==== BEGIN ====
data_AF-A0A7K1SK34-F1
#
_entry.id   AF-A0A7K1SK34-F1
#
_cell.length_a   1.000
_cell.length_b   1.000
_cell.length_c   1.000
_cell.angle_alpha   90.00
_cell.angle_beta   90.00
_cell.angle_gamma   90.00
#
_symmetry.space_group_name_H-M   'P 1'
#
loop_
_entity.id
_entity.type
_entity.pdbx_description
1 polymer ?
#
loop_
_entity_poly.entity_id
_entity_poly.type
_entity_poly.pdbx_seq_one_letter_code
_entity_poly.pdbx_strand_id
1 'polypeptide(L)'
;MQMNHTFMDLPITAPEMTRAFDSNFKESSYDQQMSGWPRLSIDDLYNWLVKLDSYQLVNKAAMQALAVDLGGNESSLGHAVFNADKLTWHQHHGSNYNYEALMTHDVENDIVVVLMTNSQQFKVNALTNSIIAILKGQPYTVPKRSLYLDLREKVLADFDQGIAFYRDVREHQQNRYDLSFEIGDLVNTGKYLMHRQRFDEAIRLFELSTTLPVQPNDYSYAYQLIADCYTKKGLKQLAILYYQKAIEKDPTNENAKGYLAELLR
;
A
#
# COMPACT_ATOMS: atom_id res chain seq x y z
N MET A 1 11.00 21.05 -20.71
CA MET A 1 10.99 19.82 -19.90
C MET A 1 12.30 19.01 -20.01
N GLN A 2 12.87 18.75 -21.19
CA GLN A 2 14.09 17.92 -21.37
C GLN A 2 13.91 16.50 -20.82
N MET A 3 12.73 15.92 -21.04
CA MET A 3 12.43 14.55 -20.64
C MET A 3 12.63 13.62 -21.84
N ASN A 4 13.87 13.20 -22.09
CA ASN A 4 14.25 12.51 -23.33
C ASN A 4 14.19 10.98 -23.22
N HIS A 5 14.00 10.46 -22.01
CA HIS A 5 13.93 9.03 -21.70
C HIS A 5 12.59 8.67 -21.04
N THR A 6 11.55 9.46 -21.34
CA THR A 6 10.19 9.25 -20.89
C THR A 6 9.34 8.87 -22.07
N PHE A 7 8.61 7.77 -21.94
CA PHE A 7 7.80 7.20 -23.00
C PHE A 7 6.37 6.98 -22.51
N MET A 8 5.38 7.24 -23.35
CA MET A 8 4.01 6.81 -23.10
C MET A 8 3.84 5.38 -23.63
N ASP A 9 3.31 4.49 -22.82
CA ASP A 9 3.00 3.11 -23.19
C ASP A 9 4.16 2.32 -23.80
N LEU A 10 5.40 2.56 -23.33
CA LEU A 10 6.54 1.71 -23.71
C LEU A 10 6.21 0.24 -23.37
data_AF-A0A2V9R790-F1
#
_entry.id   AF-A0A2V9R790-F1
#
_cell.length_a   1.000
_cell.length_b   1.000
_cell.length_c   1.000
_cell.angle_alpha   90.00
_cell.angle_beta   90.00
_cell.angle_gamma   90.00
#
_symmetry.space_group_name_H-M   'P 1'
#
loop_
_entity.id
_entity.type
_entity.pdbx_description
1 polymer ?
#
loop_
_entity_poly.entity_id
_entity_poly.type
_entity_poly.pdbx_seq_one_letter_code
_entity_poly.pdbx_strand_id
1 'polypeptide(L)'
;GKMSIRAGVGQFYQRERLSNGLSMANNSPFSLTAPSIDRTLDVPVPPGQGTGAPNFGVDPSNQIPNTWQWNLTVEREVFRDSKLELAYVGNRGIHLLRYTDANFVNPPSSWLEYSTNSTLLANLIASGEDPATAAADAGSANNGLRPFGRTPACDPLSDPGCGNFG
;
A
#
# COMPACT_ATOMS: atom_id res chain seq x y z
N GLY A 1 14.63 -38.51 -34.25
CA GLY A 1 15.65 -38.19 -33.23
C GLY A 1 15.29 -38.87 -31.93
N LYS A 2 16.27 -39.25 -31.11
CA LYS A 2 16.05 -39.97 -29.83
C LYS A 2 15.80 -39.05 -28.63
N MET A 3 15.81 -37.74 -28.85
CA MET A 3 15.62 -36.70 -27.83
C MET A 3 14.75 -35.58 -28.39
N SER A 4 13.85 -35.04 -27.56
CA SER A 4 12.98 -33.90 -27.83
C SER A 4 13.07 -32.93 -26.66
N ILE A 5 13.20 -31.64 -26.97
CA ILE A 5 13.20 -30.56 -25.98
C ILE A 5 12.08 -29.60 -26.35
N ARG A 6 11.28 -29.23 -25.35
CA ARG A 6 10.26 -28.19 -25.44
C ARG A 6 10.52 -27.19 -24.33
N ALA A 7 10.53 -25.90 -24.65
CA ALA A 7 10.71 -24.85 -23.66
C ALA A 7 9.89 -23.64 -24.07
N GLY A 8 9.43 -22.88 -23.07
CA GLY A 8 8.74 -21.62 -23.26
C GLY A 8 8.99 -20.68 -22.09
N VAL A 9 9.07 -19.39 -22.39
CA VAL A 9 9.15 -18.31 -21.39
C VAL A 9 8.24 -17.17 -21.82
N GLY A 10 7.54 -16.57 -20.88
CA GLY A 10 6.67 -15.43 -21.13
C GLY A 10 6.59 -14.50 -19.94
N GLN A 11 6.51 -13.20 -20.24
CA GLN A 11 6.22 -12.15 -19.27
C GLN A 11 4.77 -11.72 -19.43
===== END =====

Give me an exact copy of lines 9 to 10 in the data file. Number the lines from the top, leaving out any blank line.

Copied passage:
_cell.angle_beta   90.00
_cell.angle_gamma   90.00